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ments awakening them, humbling them, and constraining them to some kind of worship and religion. Such a forced devotion as this was the humiliation of Ahab, 1 Kings xxi. and the supplication of Saul, 1 Sam. xiii. 11, 12. For God himself acting upon men, only from without them, is far from producing a living principle of free and noble religion in the soul.

Now, the better to discern this forced and violent religion, I will briefly describe it by three or four of its properties, with which I will shut up this point.

1. This forced religion is, for the most part, dry and spiritless. I know, indeed, that fancy may be screwed up to a high pitch of joy and frolicksomeness, so as to raise the mind into a kind of rapture, as I have formerly hinted in my discourse upon these words. A mere artificial and counterfeit Christian may be so strongly acted by imagination, and the power of selflove, that he may seem to himself to be fuller of God than the sober and constant soul. You may see how the hypocritical Pharisees, swollen with selfconceit, gloried over the poor man that had been blind, but now saw more than all they: "Thou wast altogether born in sin, and dost thou teach us?" And, indeed, over the whole people: "This people that knoweth not the law is cursed." A counterfeit Christian may rise high as a meteor, and blaze much as a comet, which is yet drawn up, by mere force, from the surface of the earth or water. And as to the external and visible acts and duties of religion, which depend much upon the temper and constitution of the body, it may easily be conceived and accounted, how the mimical and mechanical Christian may rise higher than these, and be more zealous,

watchful, and cheerful, than many truly religious and godly men, as having greater power and quickness of fancy, and a greater number of animal spirits, upon which the motions and actions of the body do mainly depend. The animal spirits may so nimbly serve the soul in these corporal acts, that the whole transaction may be a fair imitation of the motions of the divine Spirit, and one would verily think there were a gracious principle in the soul itself. This seems to be notably exemplified in Captain Jehu, whose religious actions, as he would fain have them to be esteemed, 2 Kings x. 16. were indeed rather fury than zeal, and proceeded more from his own fiery spirits, than from that spirit of fire, or spirit of burning, which is of God, Isa. iv. 4. But commonly this forced devotion is jejune and dry, void of zeal and warmth, drives on heavily in pursuit of the God of Israel, as Pharaoh did in pursuit of the Israel of God, when his chariotwheels were taken off. God's drawing the soul from within, as a principle, doth indeed cause that soul to run after him; but you know the motion of those. things that are drawn by external force is commonly heavy, slow, and languid.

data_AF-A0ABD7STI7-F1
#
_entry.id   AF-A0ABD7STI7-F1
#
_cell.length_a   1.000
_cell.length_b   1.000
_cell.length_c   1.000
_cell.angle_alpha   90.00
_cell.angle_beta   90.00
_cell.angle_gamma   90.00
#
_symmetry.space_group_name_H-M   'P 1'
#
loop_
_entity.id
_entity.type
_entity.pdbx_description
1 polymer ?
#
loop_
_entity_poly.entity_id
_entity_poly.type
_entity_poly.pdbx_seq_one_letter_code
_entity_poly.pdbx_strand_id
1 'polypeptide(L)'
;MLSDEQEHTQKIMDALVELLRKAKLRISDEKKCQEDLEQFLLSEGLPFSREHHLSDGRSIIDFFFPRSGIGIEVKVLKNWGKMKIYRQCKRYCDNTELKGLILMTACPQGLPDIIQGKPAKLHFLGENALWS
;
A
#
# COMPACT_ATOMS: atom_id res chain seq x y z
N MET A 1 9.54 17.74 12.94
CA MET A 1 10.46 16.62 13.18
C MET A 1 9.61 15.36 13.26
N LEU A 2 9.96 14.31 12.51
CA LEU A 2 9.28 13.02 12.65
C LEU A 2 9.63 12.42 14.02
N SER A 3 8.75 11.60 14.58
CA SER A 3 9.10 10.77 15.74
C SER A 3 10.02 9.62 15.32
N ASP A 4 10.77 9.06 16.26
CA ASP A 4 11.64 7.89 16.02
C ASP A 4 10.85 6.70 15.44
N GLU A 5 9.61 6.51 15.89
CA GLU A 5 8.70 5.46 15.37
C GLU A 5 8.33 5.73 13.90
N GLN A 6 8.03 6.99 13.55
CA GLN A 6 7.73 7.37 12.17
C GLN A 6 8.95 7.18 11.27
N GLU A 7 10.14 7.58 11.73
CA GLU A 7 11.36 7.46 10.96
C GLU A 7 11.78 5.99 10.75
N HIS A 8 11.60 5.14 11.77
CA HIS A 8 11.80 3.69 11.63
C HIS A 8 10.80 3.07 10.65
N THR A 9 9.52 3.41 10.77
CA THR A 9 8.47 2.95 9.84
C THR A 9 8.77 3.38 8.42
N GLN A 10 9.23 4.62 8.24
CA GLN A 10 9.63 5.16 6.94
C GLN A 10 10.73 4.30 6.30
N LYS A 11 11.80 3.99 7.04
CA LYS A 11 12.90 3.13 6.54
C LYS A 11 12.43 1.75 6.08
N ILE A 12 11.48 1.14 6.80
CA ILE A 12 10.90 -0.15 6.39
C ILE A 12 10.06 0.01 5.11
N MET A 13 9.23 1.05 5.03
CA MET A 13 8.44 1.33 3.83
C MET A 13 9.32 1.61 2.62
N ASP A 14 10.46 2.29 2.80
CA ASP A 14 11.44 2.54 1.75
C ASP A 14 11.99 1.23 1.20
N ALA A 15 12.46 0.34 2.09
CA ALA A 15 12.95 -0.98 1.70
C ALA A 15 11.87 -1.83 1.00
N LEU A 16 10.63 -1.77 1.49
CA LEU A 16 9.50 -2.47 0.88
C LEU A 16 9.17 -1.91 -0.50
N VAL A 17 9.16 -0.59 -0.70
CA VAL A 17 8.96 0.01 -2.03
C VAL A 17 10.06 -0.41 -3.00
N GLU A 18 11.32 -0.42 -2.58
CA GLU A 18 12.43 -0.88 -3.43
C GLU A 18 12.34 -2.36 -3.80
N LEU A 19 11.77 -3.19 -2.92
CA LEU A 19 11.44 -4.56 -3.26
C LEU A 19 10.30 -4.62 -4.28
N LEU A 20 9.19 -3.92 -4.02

2. This forced religion is penurious and needy. Something the slavish-spirited Christian must do, to appease an angry God, or to allay a storming conscience, as I hinted before; but it shall be as little as may be. He is ready to grudge God so much of his time and strength, and find fault that Sabbaths come so thick, and last so long, and that duties are to be performed so often; so he is described by the prophet; "When will the Sabbath be past, and the new moon gone?" But yet I will not deny, but